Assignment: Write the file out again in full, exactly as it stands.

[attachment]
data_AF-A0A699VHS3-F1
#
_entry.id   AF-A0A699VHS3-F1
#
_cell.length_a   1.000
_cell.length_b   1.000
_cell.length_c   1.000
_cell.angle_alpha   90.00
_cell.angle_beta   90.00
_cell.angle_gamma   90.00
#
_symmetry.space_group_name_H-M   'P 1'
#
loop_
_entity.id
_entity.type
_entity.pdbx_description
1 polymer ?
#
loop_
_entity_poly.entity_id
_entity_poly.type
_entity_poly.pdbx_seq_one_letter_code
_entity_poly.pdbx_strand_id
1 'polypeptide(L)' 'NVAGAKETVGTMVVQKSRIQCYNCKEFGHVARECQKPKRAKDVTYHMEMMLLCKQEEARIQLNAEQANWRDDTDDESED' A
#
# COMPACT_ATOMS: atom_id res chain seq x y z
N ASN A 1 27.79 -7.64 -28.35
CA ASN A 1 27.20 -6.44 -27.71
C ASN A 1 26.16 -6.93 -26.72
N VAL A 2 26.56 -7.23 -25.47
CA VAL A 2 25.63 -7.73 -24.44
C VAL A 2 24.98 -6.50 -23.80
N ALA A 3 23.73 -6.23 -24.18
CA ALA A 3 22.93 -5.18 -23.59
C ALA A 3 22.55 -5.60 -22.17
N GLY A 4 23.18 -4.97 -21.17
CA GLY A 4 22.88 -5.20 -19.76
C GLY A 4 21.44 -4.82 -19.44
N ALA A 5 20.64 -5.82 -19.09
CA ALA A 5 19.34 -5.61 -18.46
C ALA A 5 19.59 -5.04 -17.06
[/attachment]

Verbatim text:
data_AF-A0A699VHS3-F1
#
_entry.id   AF-A0A699VHS3-F1
#
_cell.length_a   1.000
_cell.length_b   1.000
_cell.length_c   1.000
_cell.angle_alpha   90.00
_cell.angle_beta   90.00
_cell.angle_gamma   90.00
#
_symmetry.space_group_name_H-M   'P 1'
#
loop_
_entity.id
_entity.type
_entity.pdbx_description
1 polymer ?
#
loop_
_entity_poly.entity_id
_entity_poly.type
_entity_poly.pdbx_seq_one_letter_code
_entity_poly.pdbx_strand_id
1 'polypeptide(L)' 'NVAGAKETVGTMVVQKSRIQCYNCKEFGHVARECQKPKRAKDVTYHMEMMLLCKQEEARIQLNAEQANWRDDTDDESED' A
#
# COMPACT_ATOMS: atom_id res chain seq x y z
N ASN A 1 27.79 -7.64 -28.35
CA ASN A 1 27.20 -6.44 -27.71
C ASN A 1 26.16 -6.93 -26.72
N VAL A 2 26.56 -7.23 -25.47
CA VAL A 2 25.63 -7.73 -24.44
C VAL A 2 24.98 -6.50 -23.80
N ALA A 3 23.73 -6.23 -24.18
CA ALA A 3 22.93 -5.18 -23.59
C ALA A 3 22.55 -5.60 -22.17
N GLY A 4 23.18 -4.97 -21.17
CA GLY A 4 22.88 -5.20 -19.76
C GLY A 4 21.44 -4.82 -19.44
N ALA A 5 20.64 -5.82 -19.09
CA ALA A 5 19.34 -5.61 -18.46
C ALA A 5 19.59 -5.04 -17.06